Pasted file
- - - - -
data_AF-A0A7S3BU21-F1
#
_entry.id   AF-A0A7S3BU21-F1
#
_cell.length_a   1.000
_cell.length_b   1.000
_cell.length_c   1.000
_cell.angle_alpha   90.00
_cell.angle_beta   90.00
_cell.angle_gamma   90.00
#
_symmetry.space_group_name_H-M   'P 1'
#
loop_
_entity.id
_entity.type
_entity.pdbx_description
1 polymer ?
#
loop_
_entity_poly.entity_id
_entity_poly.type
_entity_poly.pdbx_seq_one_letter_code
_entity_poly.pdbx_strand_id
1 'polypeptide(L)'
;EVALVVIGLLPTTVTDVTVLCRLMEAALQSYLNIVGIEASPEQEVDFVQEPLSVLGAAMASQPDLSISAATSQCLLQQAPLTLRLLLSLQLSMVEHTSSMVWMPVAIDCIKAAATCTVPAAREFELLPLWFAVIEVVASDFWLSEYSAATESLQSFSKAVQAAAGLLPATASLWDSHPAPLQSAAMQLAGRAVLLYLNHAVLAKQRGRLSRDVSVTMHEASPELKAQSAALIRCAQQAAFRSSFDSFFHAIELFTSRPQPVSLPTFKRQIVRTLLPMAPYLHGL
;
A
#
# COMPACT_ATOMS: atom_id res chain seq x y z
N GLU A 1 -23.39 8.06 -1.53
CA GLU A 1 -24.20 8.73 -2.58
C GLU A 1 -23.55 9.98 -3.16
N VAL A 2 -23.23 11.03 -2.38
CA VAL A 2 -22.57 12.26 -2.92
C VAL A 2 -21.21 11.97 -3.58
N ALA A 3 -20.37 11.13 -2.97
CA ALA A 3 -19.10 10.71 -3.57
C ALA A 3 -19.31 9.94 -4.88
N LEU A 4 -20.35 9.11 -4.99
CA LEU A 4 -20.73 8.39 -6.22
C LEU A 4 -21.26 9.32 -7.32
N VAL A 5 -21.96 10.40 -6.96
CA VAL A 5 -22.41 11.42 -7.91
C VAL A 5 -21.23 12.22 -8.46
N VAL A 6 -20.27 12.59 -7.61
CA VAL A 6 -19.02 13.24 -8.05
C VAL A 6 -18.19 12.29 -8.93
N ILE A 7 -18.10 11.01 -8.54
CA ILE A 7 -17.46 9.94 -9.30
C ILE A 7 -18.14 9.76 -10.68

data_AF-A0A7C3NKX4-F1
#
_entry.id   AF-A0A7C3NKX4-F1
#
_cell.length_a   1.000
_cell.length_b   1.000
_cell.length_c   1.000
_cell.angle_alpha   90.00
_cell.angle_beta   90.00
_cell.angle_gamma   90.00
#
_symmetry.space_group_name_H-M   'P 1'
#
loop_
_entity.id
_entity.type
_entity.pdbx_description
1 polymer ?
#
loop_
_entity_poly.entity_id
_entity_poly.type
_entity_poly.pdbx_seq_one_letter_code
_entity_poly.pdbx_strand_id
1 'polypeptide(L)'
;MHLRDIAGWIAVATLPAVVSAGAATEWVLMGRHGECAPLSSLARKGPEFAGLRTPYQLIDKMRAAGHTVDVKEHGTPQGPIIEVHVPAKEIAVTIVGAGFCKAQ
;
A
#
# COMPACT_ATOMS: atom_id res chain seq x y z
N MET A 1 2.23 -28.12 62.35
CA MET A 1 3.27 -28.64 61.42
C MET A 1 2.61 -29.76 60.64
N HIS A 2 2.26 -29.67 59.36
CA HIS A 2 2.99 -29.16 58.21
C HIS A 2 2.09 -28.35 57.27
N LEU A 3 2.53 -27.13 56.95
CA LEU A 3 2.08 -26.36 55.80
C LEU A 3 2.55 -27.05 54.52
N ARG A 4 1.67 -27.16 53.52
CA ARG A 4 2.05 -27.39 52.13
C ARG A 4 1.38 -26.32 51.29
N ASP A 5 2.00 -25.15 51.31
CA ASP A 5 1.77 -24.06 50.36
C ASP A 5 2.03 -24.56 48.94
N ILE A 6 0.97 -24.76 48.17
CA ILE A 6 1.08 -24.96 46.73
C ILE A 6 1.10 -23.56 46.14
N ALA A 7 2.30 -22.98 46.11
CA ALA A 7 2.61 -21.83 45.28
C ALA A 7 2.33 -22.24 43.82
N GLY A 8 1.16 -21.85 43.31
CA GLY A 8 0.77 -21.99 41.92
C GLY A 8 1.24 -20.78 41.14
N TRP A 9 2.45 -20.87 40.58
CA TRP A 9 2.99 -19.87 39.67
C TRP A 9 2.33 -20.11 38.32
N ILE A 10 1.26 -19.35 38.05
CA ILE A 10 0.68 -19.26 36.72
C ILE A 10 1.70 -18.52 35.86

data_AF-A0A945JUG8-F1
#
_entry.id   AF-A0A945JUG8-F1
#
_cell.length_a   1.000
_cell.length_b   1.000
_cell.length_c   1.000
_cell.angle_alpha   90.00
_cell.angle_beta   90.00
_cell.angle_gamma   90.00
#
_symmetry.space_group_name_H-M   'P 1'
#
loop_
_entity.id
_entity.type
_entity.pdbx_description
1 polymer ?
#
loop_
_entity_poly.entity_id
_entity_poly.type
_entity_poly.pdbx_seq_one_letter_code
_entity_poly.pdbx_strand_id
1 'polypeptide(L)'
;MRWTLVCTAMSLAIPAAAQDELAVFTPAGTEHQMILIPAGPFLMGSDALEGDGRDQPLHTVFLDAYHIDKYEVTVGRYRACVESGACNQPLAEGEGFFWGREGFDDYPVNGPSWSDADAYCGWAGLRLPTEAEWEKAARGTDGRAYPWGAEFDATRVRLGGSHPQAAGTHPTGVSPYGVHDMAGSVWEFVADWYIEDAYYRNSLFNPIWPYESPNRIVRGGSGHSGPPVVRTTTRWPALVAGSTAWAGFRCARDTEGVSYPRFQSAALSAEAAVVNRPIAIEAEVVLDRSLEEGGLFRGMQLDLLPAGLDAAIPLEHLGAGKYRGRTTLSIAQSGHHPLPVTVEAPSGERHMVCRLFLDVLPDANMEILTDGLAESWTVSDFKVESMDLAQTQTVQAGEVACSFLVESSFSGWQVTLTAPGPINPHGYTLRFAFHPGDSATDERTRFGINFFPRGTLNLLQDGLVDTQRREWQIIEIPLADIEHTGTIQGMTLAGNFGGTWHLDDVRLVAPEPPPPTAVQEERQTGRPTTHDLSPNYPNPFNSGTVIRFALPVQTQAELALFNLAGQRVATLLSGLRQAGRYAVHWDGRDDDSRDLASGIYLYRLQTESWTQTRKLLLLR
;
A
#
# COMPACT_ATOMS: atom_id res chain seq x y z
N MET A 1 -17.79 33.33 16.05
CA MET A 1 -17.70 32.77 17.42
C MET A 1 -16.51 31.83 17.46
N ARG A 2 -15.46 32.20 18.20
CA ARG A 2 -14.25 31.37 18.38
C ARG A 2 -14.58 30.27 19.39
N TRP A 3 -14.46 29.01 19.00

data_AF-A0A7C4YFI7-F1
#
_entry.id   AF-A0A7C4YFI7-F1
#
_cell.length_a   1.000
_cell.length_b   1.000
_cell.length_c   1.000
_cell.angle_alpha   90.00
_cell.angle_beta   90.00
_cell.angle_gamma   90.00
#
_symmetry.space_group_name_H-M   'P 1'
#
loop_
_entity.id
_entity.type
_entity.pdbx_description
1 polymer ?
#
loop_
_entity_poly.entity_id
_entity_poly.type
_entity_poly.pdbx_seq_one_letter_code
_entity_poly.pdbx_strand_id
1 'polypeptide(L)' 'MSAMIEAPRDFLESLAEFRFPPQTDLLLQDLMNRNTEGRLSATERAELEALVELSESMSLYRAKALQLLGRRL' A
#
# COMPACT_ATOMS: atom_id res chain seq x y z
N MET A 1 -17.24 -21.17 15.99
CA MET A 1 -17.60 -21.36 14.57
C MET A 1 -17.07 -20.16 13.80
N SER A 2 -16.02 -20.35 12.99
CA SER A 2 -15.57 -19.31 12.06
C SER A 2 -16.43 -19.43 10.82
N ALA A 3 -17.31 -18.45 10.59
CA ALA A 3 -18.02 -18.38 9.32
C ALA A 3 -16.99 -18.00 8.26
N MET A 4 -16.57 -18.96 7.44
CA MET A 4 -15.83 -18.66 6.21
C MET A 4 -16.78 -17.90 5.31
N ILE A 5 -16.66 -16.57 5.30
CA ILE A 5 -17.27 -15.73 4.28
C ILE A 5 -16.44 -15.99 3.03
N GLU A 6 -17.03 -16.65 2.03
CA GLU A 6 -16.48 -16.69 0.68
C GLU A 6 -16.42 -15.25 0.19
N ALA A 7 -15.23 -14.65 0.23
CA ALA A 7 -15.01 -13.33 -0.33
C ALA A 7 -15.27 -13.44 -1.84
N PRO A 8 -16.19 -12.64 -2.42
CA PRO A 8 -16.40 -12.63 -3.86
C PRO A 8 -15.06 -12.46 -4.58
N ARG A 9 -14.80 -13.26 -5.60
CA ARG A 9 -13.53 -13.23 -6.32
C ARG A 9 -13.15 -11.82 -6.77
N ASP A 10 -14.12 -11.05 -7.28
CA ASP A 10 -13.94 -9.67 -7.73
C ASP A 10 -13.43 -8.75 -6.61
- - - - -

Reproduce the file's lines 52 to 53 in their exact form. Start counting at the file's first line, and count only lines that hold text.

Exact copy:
data_AF-A0A7C3NKX4-F1
#